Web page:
Loan Forgiveness - Why Not For Solos?
This article, Debt Relief May Be In Sight for Lawyers (Chicago Sun Times 11/27/06) reports on the status of legislation proposed by Senator Dick Durbin back in 2003, that would grant student loan relief to public sector lawyers in the criminal justice system. From the article:
The average young lawyer from a private law school graduated with $78,763 in debt last year, according to the American Bar Association. The average graduate of a public law school owed $51,056. Durbin's office puts the numbers higher, with the average private law school graduate carrying $97,763 in debt, and public school graduates owing $66,810 . According to Murray -- who had $14,000 in debt when he graduated in 1983 -- the trend is forcing lawyers to leave the state's attorney's office, and persuading third-year law students not to apply. "It definitely weighs on me. I'm going to be paying it for the rest of my life," said assistant Cook County State's Attorney Jullian Brevard, who owes about $90,000.
Durbin's legislation would alleviate the burden of student loans, and help prosecutors and defenders offices attract and retain top lawyers, who often leave when "big bucks beckon" from private sector jobs (the Enron task force attorneys are a recent example of this phenomenon, most of whom fled government for private practice once their prosecutions had concluded) The Prosecutors and Defenders Incentive Act would pay up to $10,000 a year of the law school loans of any prosecutor or public defender. To qualify, a lawyer would have to commit to three years of service. Loan assistance would be capped at $60,000 per lawyer and would apply only to loans made through federal programs.
I've often wondered why lawyers going into solo practice don't qualify for loan forgiveness. Many new solos serve lower income populations (as I wrote here) or handle court appointed work similar to defenders' offices. Moreover, solo attorneys don't receive the same benefits as prosecutors or defenders, like health insurance or formal training, like trial bootcamp or CLE. Instead, they pay these expenses out of pocket. And because of student loan debt, some new solos feel pressured to run a volume practice, where they don't adequately serve lower income clients or to turn down lower income clients who can't pay the bills.
Many lawyers who accept prosecutor or defendants positions do so because they want the training, and are willing to make a financial sacrifice to get it. Loan forgiveness would make this choice easier, but I don't think that an extra $10,000 per year is going to give a lawyer set on earning $145,000 a year to think about a job with the Public Defender. By contrast, because fewer quality attorneys start their own solo practice, loan forgiviness would make a difference to those who choose to do so.
With Thanksgiving now over, it's time to start thinking about holiday gifts. And Reid Trautz has some interesting suggestions in his 2006 Holiday Gift Guide for Lawyers. Check it out!
48 Years As A Solo Come To A Close
"If you love what you do, you'll never work a day in your life."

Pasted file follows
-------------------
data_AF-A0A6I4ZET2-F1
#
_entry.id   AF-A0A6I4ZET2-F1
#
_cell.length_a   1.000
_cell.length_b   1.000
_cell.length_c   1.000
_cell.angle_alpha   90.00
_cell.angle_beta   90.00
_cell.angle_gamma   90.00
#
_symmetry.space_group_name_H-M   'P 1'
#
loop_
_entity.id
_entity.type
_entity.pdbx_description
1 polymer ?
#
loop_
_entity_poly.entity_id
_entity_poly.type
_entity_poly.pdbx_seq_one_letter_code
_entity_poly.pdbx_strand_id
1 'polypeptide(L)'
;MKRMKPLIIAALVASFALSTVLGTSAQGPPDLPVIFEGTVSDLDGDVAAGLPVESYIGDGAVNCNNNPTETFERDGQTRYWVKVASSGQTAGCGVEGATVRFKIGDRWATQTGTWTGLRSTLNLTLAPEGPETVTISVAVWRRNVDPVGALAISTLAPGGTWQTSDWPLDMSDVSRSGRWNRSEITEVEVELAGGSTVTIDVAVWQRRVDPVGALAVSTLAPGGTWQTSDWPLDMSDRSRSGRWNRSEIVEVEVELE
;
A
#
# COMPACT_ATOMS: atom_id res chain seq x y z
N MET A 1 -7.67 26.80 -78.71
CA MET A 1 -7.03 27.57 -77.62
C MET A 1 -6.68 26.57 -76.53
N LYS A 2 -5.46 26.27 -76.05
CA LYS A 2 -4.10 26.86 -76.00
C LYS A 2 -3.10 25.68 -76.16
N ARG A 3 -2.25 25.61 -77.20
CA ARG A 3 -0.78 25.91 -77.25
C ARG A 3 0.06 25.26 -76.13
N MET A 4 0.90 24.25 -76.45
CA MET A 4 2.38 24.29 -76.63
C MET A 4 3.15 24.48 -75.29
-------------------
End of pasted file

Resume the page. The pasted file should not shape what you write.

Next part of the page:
That's the standard that Sauk Center, Minnesota attorney John Mayer has lived by throughout his 48 year career as a solo, which will now come to a close with his retirement, according to this profile from the Sauk Herald (11/21/06). Articles like this make me wonder where I'll be in 30 years (I've already been practicing 18) and what kind of career I'll look back on.
Virtual Office Space Options
If you're starting a firm and not sure that you want to work from home, but are concerned about the cost of rent, a virtual office might be right for you. This article from the Chicago Business Leader (11/20/06) gives an overview of the costs and services of HQ Global, one of the larger competitors in the virtual office space arena.
Keeping It Fresh
At the Legal Profession Blog, Jeff Lipshaw wonders whether it's natural to spend one's time "the same firm, doing the same kind of work, progressing in the level of oversight and client contact...." As a solo, I don't often feel that way, since I always have the opportunity to reinvent myself and my practice. Yet sometimes, inertia keeps me in the same place.
So I got to wondering what my solo colleagues do to keep it fresh. What do you do to ensure that you're always feeling challenged, that you're open to new possibilities? For a long time, blogging helped me keep my practice fresh, but after four years, blogging feels a little routine as well.
So readers, any ideas? Please post them below.
The best time to start....
Ivy League Solos
Whether you like Harvard Law School or not, you have to agree that virtually every HLS graduate can write their own ticket to whatever job they want. So it's gratifying to see that with so many career options, young HLS grads are still choosing solo practice, as reported in this article from the HLS Bulletin, The Coming Wave (11/5/06). The article profiles Luz Herrera and Eric Castelblanco, HLS grads who each opened solo practices to serve underserved, Hispanic communities. From the article:
For both Castelblanco and Herrera, there was no road map for an Ivy-educated lawyer to start a viable law practice for low-income clients. “Traditionally, if you want to do public service, you are directed to apply for a Skadden fellowship, work for the government or go to a civil rights impact litigation organization,” said Herrera. “But for me, none of those options seemed like the right choice. I did not want to spend 90 percent of my time doing research or working in a direct-service organization whose approach I did not completely buy into. Working in my own law office allows me to provide legal services to individuals who may not otherwise have an attorney and tap into my entrepreneurial spirit while being an active member of the community.”